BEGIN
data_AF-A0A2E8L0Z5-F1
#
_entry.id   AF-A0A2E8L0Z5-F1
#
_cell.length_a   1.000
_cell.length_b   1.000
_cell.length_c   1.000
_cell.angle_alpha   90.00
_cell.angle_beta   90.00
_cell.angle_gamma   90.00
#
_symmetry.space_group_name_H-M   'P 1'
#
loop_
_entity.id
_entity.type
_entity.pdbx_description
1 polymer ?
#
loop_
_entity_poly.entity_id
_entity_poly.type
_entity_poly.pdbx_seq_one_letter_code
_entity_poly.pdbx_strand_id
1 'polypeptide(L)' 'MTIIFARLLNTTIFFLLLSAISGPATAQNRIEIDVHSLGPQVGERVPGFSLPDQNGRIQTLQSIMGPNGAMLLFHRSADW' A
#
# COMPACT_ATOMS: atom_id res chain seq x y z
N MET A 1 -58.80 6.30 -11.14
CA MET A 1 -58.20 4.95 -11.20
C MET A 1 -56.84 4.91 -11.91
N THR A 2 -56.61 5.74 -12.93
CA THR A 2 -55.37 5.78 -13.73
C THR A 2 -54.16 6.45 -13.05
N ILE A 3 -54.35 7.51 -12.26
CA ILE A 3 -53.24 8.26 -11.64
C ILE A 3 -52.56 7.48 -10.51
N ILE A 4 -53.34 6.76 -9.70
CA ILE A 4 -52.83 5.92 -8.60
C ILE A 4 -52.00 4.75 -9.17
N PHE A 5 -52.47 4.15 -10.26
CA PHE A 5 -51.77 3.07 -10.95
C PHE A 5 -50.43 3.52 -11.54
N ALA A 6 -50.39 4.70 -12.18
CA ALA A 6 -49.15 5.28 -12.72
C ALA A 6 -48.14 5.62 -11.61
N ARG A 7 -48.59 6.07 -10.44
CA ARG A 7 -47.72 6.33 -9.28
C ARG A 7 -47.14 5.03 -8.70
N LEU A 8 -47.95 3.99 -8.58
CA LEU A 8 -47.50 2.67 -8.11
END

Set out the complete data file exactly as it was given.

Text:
data_AF-A0A2E8L0Z5-F1
#
_entry.id   AF-A0A2E8L0Z5-F1
#
_cell.length_a   1.000
_cell.length_b   1.000
_cell.length_c   1.000
_cell.angle_alpha   90.00
_cell.angle_beta   90.00
_cell.angle_gamma   90.00
#
_symmetry.space_group_name_H-M   'P 1'
#
loop_
_entity.id
_entity.type
_entity.pdbx_description
1 polymer ?
#
loop_
_entity_poly.entity_id
_entity_poly.type
_entity_poly.pdbx_seq_one_letter_code
_entity_poly.pdbx_strand_id
1 'polypeptide(L)' 'MTIIFARLLNTTIFFLLLSAISGPATAQNRIEIDVHSLGPQVGERVPGFSLPDQNGRIQTLQSIMGPNGAMLLFHRSADW' A
#
# COMPACT_ATOMS: atom_id res chain seq x y z
N MET A 1 -58.80 6.30 -11.14
CA MET A 1 -58.20 4.95 -11.20
C MET A 1 -56.84 4.91 -11.91
N THR A 2 -56.61 5.74 -12.93
CA THR A 2 -55.37 5.78 -13.73
C THR A 2 -54.16 6.45 -13.05
N ILE A 3 -54.35 7.51 -12.26
CA ILE A 3 -53.24 8.26 -11.64
C ILE A 3 -52.56 7.48 -10.51
N ILE A 4 -53.34 6.76 -9.70
CA ILE A 4 -52.83 5.92 -8.60
C ILE A 4 -52.00 4.75 -9.17
N PHE A 5 -52.47 4.15 -10.26
CA PHE A 5 -51.77 3.07 -10.95
C PHE A 5 -50.43 3.52 -11.54
N ALA A 6 -50.39 4.70 -12.18
CA ALA A 6 -49.15 5.28 -12.72
C ALA A 6 -48.14 5.62 -11.61
N ARG A 7 -48.59 6.07 -10.44
CA ARG A 7 -47.72 6.33 -9.28
C ARG A 7 -47.14 5.03 -8.70
N LEU A 8 -47.95 3.99 -8.58
CA LEU A 8 -47.50 2.67 -8.11